End of Year Countdown: 5 Top Fives of 2014

Photo credit: Amodiovalerio Verde on Flickr
It’s the last post of 2014, which means, as is tradition here on Writability, it’s time to share Writability’s annual five top fives of the year! Woot!

These tend to be longish posts, so I’m going to jump right into it. Here is the summary of 2014’s amazingness in terms of writerly awesome.

Top 5 Most Popular Posts (On Writability)

As per usual, these are calculated with blogger’s page view counts. Interestingly, the list is the same as the year before, with a little rearranging.

Top 5 Most Active Commenters

As explained every year, I use Disqus’s handy widget on my sidebar to keep track of how many comments every lovely commenter makes. The system isn’t perfect and only keeps track of accounts, so if you comment on multiple accounts, it thinks you’re more than one person, but anyway, these five fabulous readers are the most active commenters of the Writability community—thank you!

Note: Those with asterisks were on the top five list last year, too. And those with two asterisks were on the top five list the year before that! Double and triple thank yous!

  1. Robin Red*
  2. RoweMatthew**
  3. Daniel Swensen**
  4. Jen Donohue*
  5. S.E. Dee

Top 5 Favorite Tumblr Blogs of the Year

Over the years, tumblr has become one of my favorite social media sites. I’ve learned a ridiculous amount from the gems posted there, and I’ve also really enjoyed the nerdy randomness that frequently appears on my feed.

These are my top five favorite tumblr blogs, as calculated by tumblr based off which blogs get the most reblogs and likes from me.

Top 5 Favorite Writing Blogs of the Year

I’ll openly admit I haven’t been able to keep up with other blogs lately, mostly because of time constraints. That being said, those that I do try to check in with or browse over are pretty great, and here are some of my favorites of the year (in no particular order):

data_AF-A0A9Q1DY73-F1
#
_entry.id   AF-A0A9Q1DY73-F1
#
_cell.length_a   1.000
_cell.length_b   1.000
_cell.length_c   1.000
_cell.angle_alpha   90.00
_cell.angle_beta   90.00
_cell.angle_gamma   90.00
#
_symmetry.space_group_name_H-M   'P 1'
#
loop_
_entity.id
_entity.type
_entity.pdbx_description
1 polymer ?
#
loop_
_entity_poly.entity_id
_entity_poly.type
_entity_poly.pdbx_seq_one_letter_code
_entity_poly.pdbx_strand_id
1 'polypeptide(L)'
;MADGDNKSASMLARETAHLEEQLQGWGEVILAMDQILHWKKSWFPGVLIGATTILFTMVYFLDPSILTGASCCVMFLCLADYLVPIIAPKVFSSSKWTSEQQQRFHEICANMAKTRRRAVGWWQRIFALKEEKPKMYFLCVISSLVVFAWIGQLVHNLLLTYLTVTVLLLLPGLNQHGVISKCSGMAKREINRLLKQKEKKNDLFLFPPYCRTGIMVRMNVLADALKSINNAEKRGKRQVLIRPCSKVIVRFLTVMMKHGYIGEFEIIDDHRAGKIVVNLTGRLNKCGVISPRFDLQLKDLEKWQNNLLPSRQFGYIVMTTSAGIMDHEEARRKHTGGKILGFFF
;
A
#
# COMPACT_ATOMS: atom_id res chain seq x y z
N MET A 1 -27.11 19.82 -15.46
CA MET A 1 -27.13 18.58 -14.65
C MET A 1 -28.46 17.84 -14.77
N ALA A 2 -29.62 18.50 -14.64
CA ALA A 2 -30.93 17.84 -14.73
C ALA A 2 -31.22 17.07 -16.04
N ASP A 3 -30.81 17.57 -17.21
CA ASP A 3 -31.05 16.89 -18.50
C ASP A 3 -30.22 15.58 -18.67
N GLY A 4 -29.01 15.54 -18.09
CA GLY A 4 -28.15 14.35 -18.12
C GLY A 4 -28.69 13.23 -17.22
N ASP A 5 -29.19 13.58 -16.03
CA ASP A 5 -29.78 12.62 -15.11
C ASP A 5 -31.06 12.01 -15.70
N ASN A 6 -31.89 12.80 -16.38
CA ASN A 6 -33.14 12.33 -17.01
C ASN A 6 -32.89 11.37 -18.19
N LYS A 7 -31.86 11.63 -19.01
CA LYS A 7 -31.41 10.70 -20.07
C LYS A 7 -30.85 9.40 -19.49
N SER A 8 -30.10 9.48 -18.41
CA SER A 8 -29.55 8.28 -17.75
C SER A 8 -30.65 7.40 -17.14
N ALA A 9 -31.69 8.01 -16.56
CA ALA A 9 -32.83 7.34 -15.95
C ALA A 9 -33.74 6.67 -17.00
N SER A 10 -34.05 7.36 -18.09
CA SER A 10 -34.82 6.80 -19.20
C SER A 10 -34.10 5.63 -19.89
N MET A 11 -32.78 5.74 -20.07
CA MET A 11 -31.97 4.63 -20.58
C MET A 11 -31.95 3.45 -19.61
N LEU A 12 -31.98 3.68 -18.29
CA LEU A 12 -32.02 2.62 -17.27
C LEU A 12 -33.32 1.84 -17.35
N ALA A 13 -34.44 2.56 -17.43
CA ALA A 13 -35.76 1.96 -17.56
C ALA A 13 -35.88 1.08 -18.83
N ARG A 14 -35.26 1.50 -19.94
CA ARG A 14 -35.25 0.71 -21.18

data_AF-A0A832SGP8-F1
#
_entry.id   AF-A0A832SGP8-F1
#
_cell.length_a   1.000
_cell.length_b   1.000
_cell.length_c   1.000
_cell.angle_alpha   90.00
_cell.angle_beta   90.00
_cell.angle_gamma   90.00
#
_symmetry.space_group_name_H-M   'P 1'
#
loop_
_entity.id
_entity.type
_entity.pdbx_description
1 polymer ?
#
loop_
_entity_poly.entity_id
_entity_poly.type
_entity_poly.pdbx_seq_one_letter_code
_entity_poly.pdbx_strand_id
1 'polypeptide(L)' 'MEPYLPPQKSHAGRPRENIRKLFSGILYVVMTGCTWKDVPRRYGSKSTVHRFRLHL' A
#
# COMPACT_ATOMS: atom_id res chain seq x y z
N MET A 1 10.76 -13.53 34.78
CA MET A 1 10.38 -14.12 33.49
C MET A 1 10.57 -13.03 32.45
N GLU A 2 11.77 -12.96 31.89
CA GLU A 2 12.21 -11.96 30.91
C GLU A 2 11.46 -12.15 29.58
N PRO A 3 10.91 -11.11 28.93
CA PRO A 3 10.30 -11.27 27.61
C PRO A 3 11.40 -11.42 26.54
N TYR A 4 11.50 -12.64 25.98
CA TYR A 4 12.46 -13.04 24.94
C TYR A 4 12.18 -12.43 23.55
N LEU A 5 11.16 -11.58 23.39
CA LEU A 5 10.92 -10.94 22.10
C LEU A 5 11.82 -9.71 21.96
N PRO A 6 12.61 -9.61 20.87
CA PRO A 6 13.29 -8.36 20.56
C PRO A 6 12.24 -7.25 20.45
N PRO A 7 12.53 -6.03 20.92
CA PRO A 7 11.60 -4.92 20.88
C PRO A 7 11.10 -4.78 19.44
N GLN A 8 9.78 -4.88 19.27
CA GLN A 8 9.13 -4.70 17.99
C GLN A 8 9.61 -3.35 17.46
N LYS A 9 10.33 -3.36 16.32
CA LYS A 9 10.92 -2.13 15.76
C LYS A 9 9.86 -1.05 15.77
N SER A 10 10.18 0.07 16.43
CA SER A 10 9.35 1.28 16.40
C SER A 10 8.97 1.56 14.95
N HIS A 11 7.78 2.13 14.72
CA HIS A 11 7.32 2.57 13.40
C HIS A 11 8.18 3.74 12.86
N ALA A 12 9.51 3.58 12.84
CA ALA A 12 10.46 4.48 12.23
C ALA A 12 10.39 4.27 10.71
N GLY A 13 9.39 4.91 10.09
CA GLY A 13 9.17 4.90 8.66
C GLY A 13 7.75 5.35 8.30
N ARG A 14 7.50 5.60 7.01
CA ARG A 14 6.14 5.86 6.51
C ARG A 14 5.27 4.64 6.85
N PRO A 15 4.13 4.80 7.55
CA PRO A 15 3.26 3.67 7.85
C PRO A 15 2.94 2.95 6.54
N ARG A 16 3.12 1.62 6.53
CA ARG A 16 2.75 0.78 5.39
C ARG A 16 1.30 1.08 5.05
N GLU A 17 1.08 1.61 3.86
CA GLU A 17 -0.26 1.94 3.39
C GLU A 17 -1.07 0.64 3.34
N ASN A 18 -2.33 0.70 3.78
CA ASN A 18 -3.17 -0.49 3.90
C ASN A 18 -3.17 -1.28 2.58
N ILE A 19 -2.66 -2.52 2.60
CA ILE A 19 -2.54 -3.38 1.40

Note: Those listed together are somewhat similar, which is why they’re listed together.

  1. For really excellent (and honest) posts about the publishing industry/getting published: The Daily Dahlia (Dahlia Adler’s blog).

  2. For wonderful weekly round-ups and writerly posts: YA Highway.

  3. For excellent book reviews and cover reveals: IceyBooks & The Midnight Garden.

  4. For agent and writer interviews as well as awesome writerly posts: chasingthecrazies (Amy Trueblood’s blog).

  5. For great pub opportunities, including contests, giveaways and agent information: Miss Snark’s First Victim & Literary Rambles.

Top 5 Favorite Twitter Accounts

Twitter remains my favorite favorite. And these Twitter peoples are amazing (again, in no particular order):

  1. @LucasMight

    Not only is Lucas a ridiculously nice person, but his tweets are sometimes quirky, sometimes insightful, sometimes hilarious, and always interesting. Also, he’s an excellent writer.

  2. @gildedspine & @mariekeyn
    I’m listing these ladies together, because they’re both super wonderfully kind people who are also really amazing advocates. They speak their minds, talk about important issues, and I’ve learned so very much from them both.

  3. @_DiversifYA

    I’m assuming most people already know about WeNeedDiverseBooks, but DiversifYA is another excellent proponent of diversity. They host semi-frequent Twitter chats discussing various aspects of diversity, and they also have great diverse profiles on their corresponding blog that they share on their Twitter. I definitely recommend them.

  4. @MissDahlELama

    Not only is Dahlia yet another uber-nice writerly type, but she’s super insightful as far as publishing things go, and she’s a ridiculously good recommender of books. Seriously, if you ever want a book recommendation, see Dahlia ASAP.

  5. @_Snape_

    I always list Snape in these round-ups because it’s one of my favorite hilarious follows.

    I mean, case and point:

So those are my top fives of 2014—do you have any favorites of the year you’d like to share? 

Also, Happy New Year, everyone! 

Twitter-sized bite: 
Writer @Ava_Jae shares her top fives of 2014—what are some of your favorite writing resources of the year? (Click to tweet)

Vlog: How to Edit: The First Read Through

So you've finished your first draft and let it cool–now you're ready to edit. But where to begin? Today I'm talking about the first read through of your manuscript.


Twitter-sized bites: 
Ready to start editing? Writer @Ava_Jae vlogs about how to tackle the 1st read through of your WIP. (Click to tweet)  
How do you tackle the first read through of your WIP? Writer @Ava_Jae vlogs about her process. (Click to tweet

2014 Year In Review

Photo credit: dordirk on Flickr
2014 has been a really incredible year for me.